Twitter is one of those social media tools that is hard to ignore, but a lot of people are not sure how to use it. Personally, I use Twitter as a resource, a pulse of the industries I follow, and for business. I
try not to use Twitter to update what my kid did today or other mindless
comments. That being said, of course the occasional tweet like that and local news will filter into the stream.
I’ve tried a few strategies on how to use Twitter in 2008 from only following my friends and people I’ve met, to being very selective, to following a ton of people in industries and following almost everyone who follows me (which sometimes I really wonder how they find me). I tried the Guy Kawasaki (@guykawasaki) approach of getting the fire hose and then paying attention to replies and direct messages. I’ve tried to use it as a sounding board with little success. But that may be attributed to how little I tweet in the first
place. I’ve seen Twitter used very successfully as a networking tool from the sorts of Kevin O’Keefe (@kevinokeefe) and Peter Flashner (@flashlight). However, as we enter 2009 I will use a new strategy. This is important to note because it will help you determine if you want to follow me or not as well as if I will follow you in reciprocation.
If you follow me @FredFaulknerIV you will find useful information. Follow me if you like what I tweet/retweet. Follow me if you are into social media, marketing, business, and associations. Don’t follow me solely for where I work. I will occasionally tweet about work I do for my employer. This will be for good reasons, but not a regular occurrence.
I will also use this Twitter account to also network with others (virtually at first, and hopefully in person at some point in the future). I believe the power of tweets can start conversations, first publicly, then privately over direct messages, and then to email.
The concept of Twitter isn’t going away. MovableType is releasing Motion as part of their platform in early 2009, which can make that platform a major player in the social platform market. Businesses are jumping on Twitter and using successfully. See what Shell Israel is doing with Twitterville. But with all things social media, 2009 will be all about moderation.
So look out for the concept of a Tweet, or a short 140 character message. It is changing the way we think about communicating, what we communicate, and can we be effective in what we say.
Originally published December 17, 2006 at LLRX.com
The end of the year is closing in fast and you will undoubtedly ready many "year in review" articles this month. Rather than writing a column referring to what we covered this past year, I want to get you thinking about next year, so you can start the year off right – with a strategic plan for your website that is integrated into other firm goals for 2007.
Reviewing Your Current Website
Hindsight is always 20/20, so – what didn’t you accomplish with your website last year? Do those unaccomplished goals still hold value within the scope of your overall marketing strategy? If so, do you want to make sure these goals figure prominently in your plans for next year?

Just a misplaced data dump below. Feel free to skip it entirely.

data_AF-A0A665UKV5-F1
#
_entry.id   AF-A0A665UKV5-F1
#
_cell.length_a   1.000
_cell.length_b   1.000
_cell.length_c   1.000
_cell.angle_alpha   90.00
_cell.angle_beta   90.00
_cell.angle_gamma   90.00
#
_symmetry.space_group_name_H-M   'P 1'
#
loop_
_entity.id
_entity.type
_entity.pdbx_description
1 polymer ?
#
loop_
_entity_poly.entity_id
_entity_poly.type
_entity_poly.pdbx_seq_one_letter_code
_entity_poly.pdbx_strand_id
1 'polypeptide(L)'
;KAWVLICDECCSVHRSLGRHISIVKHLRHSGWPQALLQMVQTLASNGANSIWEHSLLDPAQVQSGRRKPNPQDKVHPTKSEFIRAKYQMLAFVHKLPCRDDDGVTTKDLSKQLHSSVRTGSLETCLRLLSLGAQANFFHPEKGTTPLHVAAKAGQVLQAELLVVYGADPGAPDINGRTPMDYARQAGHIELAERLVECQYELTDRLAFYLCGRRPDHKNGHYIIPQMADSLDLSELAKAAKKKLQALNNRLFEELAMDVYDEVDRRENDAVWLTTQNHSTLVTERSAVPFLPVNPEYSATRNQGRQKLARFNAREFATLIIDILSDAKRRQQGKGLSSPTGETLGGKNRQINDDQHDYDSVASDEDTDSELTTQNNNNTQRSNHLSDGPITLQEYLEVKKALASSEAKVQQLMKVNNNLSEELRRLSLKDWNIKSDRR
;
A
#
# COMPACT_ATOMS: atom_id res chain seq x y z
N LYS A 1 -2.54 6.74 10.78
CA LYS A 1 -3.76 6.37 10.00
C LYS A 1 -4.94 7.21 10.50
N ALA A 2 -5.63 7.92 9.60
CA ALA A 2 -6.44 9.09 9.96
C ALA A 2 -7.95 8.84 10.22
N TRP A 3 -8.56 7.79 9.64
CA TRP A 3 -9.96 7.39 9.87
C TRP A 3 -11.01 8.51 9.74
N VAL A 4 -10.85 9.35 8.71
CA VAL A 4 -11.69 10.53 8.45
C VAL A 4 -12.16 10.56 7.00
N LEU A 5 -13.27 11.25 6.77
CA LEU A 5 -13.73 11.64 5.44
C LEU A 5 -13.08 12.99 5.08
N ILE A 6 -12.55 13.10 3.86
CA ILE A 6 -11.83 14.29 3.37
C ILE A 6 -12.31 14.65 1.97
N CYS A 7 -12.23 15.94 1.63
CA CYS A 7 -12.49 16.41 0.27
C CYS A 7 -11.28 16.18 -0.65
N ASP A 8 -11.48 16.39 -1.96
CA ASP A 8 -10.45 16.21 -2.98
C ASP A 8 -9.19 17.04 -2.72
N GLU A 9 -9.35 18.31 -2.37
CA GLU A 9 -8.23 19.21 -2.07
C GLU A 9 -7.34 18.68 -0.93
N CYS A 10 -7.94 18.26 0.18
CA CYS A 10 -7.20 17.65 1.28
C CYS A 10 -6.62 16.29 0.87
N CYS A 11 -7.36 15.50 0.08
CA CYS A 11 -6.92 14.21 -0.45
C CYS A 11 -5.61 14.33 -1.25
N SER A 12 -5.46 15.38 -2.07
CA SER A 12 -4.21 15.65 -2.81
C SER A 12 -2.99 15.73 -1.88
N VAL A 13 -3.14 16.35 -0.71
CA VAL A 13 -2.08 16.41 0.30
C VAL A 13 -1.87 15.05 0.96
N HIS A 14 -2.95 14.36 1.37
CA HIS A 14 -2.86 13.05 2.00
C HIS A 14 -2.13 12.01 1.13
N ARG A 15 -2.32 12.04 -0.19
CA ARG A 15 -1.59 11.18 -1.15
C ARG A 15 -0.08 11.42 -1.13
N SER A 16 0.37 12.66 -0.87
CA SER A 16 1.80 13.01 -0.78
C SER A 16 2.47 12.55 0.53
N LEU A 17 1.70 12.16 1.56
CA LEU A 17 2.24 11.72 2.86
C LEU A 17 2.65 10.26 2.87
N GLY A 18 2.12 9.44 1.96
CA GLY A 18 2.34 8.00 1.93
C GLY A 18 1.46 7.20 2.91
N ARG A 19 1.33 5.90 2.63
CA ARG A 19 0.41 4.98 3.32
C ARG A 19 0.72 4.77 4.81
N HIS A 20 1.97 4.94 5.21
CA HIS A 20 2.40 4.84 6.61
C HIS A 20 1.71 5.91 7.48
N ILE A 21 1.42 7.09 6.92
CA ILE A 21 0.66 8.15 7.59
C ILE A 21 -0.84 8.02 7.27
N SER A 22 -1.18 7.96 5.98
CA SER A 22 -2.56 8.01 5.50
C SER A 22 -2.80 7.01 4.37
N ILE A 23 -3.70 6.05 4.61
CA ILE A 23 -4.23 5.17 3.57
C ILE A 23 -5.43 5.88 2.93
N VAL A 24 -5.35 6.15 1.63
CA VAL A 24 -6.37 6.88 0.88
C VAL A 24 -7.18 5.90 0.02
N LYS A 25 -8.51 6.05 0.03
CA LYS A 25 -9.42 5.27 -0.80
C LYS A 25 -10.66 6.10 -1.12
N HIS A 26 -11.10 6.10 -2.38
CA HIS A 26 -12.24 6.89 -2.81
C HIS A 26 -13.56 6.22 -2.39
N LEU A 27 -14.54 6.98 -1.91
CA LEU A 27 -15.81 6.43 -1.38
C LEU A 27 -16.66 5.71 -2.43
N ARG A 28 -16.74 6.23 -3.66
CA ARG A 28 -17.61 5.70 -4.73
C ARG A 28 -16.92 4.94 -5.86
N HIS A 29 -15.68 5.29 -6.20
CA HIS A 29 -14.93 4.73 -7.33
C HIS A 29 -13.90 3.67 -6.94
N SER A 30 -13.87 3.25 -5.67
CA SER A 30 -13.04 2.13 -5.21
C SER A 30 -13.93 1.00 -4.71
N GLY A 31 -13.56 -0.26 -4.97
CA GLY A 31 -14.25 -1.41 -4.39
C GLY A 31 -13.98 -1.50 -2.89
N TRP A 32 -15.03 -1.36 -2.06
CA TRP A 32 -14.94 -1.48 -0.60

In following with what website plans were not implemented, did you perhaps add a new feature or features that failed to generate the response you anticipated or simply did not work? To what can you attribute this lack of success?
Looking at what you have done and how your website has contributed to your overall goals and marketing efforts will help you to focus your plans for improvements and enhancements for 2007. Review all aspects of your website, from design to content to traffic statistics to clients who engaged your services through the site. Having a complete picture of what happened over the course of the last twelve months will provide you with valuable data.
The next step in this evaluation process is to draw up a short list of ideas and changes that you want to make to your website in the next year and put it aside. Then take a look at the competitive landscape that surrounds you.
Knowing what you have worked on over the last twelve months is a good starting point, but information about what your competitors have accomplished is an essential component of your future planning process. Has your competition taken specific business away from you? Is another firm or practice providing a service that is within your field of expertise? Do other firms have value-added services that you offer but have not properly communicated or marketed, or that you can enhance to extend the range of your services to clients? Remember, you do not have to be the first to offer a online service or implement a technology application (such as a blog, wiki or an extranet). The objective is to determine how to implement one or more of these applications in a manner which keeps you competitive and expands your services.
Ideas that you will want to consider include the following?
- coordinated offline and online branding
- e-mail updates on topical subject matters
- client portals
- web-based client intake forms
After taking a quick look at your competitors within the context of the "marketplace" (location, industry, etc.), you can add more context and content to your wish list of ideas to implement over the next year.